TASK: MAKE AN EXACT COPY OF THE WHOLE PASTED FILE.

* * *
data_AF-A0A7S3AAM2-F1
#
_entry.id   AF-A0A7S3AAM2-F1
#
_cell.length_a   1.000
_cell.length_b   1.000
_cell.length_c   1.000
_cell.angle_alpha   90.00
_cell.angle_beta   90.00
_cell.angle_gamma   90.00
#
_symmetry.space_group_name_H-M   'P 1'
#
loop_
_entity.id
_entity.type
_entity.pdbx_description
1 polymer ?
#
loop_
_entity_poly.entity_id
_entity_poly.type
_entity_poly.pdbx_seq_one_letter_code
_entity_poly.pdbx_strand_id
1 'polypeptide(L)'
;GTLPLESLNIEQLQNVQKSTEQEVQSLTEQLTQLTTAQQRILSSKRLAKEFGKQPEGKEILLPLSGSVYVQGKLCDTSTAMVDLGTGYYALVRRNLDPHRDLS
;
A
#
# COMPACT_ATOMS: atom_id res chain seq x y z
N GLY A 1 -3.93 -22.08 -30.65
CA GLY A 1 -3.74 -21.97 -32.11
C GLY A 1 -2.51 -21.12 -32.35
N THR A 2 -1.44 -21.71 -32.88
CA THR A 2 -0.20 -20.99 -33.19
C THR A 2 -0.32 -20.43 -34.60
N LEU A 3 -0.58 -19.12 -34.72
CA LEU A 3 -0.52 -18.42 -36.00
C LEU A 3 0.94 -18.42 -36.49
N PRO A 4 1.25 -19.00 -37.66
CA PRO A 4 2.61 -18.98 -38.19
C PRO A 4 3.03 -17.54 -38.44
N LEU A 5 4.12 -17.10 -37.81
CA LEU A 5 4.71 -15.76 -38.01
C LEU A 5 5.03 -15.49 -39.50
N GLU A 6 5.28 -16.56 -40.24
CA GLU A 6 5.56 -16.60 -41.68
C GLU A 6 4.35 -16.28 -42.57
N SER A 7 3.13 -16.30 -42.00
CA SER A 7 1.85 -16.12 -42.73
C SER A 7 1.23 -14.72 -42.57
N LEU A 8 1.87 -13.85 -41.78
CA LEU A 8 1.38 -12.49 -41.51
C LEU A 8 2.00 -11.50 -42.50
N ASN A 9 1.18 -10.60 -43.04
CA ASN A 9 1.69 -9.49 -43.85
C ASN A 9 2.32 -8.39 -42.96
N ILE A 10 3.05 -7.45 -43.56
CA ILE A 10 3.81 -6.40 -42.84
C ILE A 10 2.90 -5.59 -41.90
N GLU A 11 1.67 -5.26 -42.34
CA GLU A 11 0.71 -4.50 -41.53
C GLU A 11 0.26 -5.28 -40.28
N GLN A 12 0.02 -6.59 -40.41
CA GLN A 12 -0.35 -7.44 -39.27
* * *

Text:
data_AF-A0A7S3AAM2-F1
#
_entry.id   AF-A0A7S3AAM2-F1
#
_cell.length_a   1.000
_cell.length_b   1.000
_cell.length_c   1.000
_cell.angle_alpha   90.00
_cell.angle_beta   90.00
_cell.angle_gamma   90.00
#
_symmetry.space_group_name_H-M   'P 1'
#
loop_
_entity.id
_entity.type
_entity.pdbx_description
1 polymer ?
#
loop_
_entity_poly.entity_id
_entity_poly.type
_entity_poly.pdbx_seq_one_letter_code
_entity_poly.pdbx_strand_id
1 'polypeptide(L)'
;GTLPLESLNIEQLQNVQKSTEQEVQSLTEQLTQLTTAQQRILSSKRLAKEFGKQPEGKEILLPLSGSVYVQGKLCDTSTAMVDLGTGYYALVRRNLDPHRDLS
;
A
#
# COMPACT_ATOMS: atom_id res chain seq x y z
N GLY A 1 -3.93 -22.08 -30.65
CA GLY A 1 -3.74 -21.97 -32.11
C GLY A 1 -2.51 -21.12 -32.35
N THR A 2 -1.44 -21.71 -32.88
CA THR A 2 -0.20 -20.99 -33.19
C THR A 2 -0.32 -20.43 -34.60
N LEU A 3 -0.58 -19.12 -34.72
CA LEU A 3 -0.52 -18.42 -36.00
C LEU A 3 0.94 -18.42 -36.49
N PRO A 4 1.25 -19.00 -37.66
CA PRO A 4 2.61 -18.98 -38.19
C PRO A 4 3.03 -17.54 -38.44
N LEU A 5 4.12 -17.10 -37.81
CA LEU A 5 4.71 -15.76 -38.01
C LEU A 5 5.03 -15.49 -39.50
N GLU A 6 5.28 -16.56 -40.24
CA GLU A 6 5.56 -16.60 -41.68
C GLU A 6 4.35 -16.28 -42.57
N SER A 7 3.13 -16.30 -42.00
CA SER A 7 1.85 -16.12 -42.73
C SER A 7 1.23 -14.72 -42.57
N LEU A 8 1.87 -13.85 -41.78
CA LEU A 8 1.38 -12.49 -41.51
C LEU A 8 2.00 -11.50 -42.50
N ASN A 9 1.18 -10.60 -43.04
CA ASN A 9 1.69 -9.49 -43.85
C ASN A 9 2.32 -8.39 -42.96
N ILE A 10 3.05 -7.45 -43.56
CA ILE A 10 3.81 -6.40 -42.84
C ILE A 10 2.90 -5.59 -41.90
N GLU A 11 1.67 -5.26 -42.34
CA GLU A 11 0.71 -4.50 -41.53
C GLU A 11 0.26 -5.28 -40.28
N GLN A 12 0.02 -6.59 -40.41
CA GLN A 12 -0.35 -7.44 -39.27